Principal Electrical Engineer
Real time control systems, undersea instrumentation, motion control, and autonomous systems
Eric McRae is responsible for electronic and software design of the vertical mooring and shallow profiler systems for the OOI RSN project . He also provides electrical engineering support for the RSN shore station in Pacific City, OR. Graduating from Michigan State University with B.S. High Honors and M.S. Honors degrees in Electrical Engineering, he entered a long career in embedded software and hardware design. Eric worked for several well known electronics companies until 1991, when he launched his own embedded systems engineering company. From that base, he delivered engine control for Ford vehicles, earth and space bound aircraft software, medical devices, and supercomputer power and cooling control systems. An avid diver and marine science enthusiast, he volunteered for the Port Townsend Marine Science Center and the OrcaSound Hydrophone network. He has mentored student groups building competition ROVs and a group developing a real science exploration ROV for PNNL. He joined APL-UW in 2011 to work on RSN and enjoys the high caliber of scientists and engineers who collaborate on the project. Eric is a member of the American Association for the Advancement of Science.
B.S. Electrical Engineering, Michigan State University, 1975
M.S. Electrical Engineering, Michigan State University, 1980
2000-present and while at APL-UW
Deep trouble! Common problems for ocean observatories
Howe, B. M., and E. McRae, "Deep trouble! Common problems for ocean observatories," Eos, 98, https://doi.org/10.1029/2017EO073657, 2017.
22 May 2017
Science observation of the ocean is difficult. The cost to repair or replace a failed device can run many orders of magnitude higher than the base component cost.
Continuous real time scanning of the upper ocean water column
McRae, E., "Continuous real time scanning of the upper ocean water column," Proc., MTS/IEEE OCEANS Conference, 19-23 September, Monterey, CA, doi:10.1109/OCEANS.2016.7761359 (IEEE, 2016).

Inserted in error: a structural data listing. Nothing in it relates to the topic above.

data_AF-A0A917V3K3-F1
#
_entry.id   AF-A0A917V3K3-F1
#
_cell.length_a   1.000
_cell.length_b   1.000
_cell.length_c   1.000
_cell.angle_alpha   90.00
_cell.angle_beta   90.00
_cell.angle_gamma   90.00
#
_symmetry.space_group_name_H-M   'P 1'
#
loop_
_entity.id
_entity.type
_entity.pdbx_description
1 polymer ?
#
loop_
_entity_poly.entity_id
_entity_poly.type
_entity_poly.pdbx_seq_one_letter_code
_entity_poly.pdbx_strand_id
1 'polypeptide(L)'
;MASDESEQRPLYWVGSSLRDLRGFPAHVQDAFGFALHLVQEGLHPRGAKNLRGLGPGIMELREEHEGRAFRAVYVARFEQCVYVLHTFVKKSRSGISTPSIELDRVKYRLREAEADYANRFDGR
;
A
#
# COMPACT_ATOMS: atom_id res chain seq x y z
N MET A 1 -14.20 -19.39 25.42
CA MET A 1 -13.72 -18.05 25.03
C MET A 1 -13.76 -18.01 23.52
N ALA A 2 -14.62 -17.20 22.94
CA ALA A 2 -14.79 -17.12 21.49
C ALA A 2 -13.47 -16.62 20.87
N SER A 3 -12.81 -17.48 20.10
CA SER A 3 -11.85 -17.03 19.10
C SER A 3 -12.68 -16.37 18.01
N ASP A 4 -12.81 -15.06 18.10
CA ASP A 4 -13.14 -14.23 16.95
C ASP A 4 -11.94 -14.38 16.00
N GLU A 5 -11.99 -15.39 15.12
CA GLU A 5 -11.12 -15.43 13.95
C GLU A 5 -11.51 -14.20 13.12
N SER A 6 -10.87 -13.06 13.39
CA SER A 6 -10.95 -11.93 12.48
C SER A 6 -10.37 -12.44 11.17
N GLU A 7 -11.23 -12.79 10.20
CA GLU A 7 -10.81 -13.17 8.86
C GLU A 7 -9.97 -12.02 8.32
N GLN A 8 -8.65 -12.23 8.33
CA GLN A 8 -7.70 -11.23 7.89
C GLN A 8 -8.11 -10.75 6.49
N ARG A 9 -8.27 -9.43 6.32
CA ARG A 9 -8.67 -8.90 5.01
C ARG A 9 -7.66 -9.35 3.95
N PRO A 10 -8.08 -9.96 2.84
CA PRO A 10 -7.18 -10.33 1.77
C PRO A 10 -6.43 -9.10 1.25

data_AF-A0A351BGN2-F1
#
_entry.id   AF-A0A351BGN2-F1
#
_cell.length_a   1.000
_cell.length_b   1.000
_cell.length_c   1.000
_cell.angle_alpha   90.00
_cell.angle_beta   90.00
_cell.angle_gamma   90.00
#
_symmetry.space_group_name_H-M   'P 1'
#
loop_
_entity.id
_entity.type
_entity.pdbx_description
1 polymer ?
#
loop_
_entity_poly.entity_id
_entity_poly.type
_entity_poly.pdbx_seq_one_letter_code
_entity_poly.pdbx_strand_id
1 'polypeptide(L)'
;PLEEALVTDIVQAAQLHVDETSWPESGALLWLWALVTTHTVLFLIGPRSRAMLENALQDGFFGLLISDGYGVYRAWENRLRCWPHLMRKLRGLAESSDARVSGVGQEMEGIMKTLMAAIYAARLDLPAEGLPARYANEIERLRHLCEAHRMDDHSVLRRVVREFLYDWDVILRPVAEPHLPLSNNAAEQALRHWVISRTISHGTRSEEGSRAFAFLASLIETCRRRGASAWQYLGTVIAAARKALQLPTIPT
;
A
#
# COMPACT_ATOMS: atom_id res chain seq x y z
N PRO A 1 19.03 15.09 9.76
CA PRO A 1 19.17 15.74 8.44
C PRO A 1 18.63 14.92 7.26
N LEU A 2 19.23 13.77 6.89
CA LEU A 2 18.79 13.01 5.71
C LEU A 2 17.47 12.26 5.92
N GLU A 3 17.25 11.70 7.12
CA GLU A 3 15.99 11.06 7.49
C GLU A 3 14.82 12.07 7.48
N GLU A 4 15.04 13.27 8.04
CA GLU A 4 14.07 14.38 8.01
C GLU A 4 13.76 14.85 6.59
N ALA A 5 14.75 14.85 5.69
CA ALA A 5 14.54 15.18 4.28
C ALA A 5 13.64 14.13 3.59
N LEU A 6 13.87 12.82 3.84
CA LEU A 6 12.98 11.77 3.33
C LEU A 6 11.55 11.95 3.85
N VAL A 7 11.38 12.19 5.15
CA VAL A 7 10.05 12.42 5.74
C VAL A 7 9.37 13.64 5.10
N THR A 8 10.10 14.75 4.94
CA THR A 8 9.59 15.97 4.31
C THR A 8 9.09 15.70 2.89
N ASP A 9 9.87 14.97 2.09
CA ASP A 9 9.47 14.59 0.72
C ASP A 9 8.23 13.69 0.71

1 Dec 2016
The Cabled Array portion of the National Science Foundation funded Ocean Observatories Initiative is a large scale, high bandwidth and high power subsea science network developed by the University of Washington Applied Physics Laboratory. Part of that system is a set of moorings and winched profilers which continuously scan the upper 200m of the ocean at their deployment sites. The profilers have been in operation since July 2014 and have accumulated a significant performance record. The general design approach, performance results and lessons learned are described.
In The News
Beneath the Surface
The Daily, Kirsten Allen
Imagine having a collection of all the data on the ocean at your fingertips. The Regional Scale Nodes (RSN), a project that was conceived in the late 1980s, can make this happen.
30 Apr 2014
Ocean Observatories Initiative Profilers Enable New Generation of Research Below the Surface
The Environmental Monitor, Daniel Kelly
Nearly three-quarters of Earth is covered by ocean water, yet only 5 percent of what is beneath the shimmering blue waves has been explored. The dearth of information isn't because of an apathetic scientific community. Until a few years ago, technology needed for leaps and bounds in ocean exploration didn't exist. And the large, fickle oceans have a way of complicating research efforts.
8 Apr 2014
Tethered robots tested for Internet-connected ocean observatory
UW News and Information, Hannah Hickey
A massive digital ocean observatory will include a new generation of ocean explorers: robots that will zoom up and down through almost two miles of ocean to monitor the water conditions and marine life above. Scientists, engineers and students will be at sea from July to October 2014 to finish installation of the high-tech facility, which will be the world%u2019s largest Internet-connected ocean observatory.
13 Mar 2014